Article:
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Liverpool Day Surgery Leading the Way with CO2

Tuesday, September 16th, 2014

Colonoscopy is being increasingly performed in Australia and around the world. It is the gold standard test for the early detection of bowel cancer and increasingly being used for the prevention of bowel cancer by removal of pre-cancerous colonic polyps. The National Bowel Cancer Screening program is now in full swing, providing protection from bowel cancer for the Australian public, but also resulting in many more colonoscopies being performed.

The quality of colonoscopy has improved dramatically over the years, with high definition cameras now giving doctors the sharpest view they have ever had of the inside of the colon. In order to achieve such excellent views, the colon has to be distended to aid in the visualisation of its interior.

Previously this had been achieved by pumping room air into the colon. While this did the job, many patients were left with quite significant abdominal pain and cramping following the procedure, sometimes lasting for several hours and often delaying discharge from day surgery after the procedure. Occasionally pain was severe enough to warrant overnight admission.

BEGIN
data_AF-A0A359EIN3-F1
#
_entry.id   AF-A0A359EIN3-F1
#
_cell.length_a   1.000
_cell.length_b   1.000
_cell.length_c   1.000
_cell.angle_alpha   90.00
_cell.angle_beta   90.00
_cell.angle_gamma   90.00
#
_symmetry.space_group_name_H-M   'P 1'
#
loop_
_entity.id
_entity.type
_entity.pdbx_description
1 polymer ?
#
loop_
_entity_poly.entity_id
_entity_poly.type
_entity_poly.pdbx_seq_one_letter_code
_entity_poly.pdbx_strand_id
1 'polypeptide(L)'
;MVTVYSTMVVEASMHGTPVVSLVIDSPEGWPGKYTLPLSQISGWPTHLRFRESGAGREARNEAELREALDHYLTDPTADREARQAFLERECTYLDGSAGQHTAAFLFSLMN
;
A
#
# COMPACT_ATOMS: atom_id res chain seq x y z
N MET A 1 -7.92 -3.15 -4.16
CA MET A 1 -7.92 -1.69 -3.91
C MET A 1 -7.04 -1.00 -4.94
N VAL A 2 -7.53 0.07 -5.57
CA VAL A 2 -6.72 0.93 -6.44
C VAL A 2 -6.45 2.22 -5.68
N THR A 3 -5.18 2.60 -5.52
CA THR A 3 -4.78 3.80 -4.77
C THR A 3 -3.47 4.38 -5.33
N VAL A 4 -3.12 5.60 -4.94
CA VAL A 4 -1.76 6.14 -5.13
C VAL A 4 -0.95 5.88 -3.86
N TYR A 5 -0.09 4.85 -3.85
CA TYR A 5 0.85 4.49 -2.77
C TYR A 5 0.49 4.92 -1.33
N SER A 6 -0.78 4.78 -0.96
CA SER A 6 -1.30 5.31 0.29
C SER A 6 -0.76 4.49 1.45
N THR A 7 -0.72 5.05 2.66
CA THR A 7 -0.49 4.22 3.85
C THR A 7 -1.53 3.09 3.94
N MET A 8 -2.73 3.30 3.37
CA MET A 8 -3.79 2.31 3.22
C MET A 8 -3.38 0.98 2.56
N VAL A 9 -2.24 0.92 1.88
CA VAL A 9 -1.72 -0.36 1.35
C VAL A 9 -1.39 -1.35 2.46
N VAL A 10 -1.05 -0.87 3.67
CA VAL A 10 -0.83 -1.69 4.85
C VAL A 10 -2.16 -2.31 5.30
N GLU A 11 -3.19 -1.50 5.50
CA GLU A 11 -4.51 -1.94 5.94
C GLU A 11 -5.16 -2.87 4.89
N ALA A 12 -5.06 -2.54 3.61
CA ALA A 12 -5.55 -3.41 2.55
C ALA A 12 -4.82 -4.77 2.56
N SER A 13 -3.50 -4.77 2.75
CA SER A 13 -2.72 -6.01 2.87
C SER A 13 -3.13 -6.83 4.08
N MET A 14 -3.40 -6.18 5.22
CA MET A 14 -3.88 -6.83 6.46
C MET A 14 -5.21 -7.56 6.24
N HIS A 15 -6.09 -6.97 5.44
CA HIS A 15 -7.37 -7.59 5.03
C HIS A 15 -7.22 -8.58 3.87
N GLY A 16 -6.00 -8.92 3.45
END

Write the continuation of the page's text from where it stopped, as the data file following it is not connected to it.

Carbon dioxide (CO2) is a gas that is rapidly absorbed into the blood stream and does not last long within body tissues. It ‘dissolves’ into the blood stream and is then exhaled in the breath. This quality has made it ideal for use in laparoscopic surgery, where it is used to inflate the inside of the abdomen, but then quickly diffuses into the blood stream and is exhaled in the breath. Similar to laparoscopy, colonoscopy involves the insufflation of gas into the colon.

Switching from room air to CO2 to insufflate the colon has resulted in dramatic improvements to patient comfort following the procedure. It is now extremely rare to have patients with significant pain following colonoscopy where CO2 has been used instead of room air.

Liverpool Day Surgery (LDS) switched from air to CO2 insufflation some time ago. The doctors noted a dramatic and immediate reduction in post colonoscopy patient discomfort. So much so, that the switch to CO2, long discussed at Liverpool Hospital by the same doctors, was expedited due to their experience at LDS. It is now rare for a patient to have their discharge delayed following colonoscopy and many patients who have had colonoscopy previously with air insufflation have commented on how much better it is now.

Dr David Abi-Hanna

Gastroenterologist, MBBS, FRACP, BSc(MED), PhD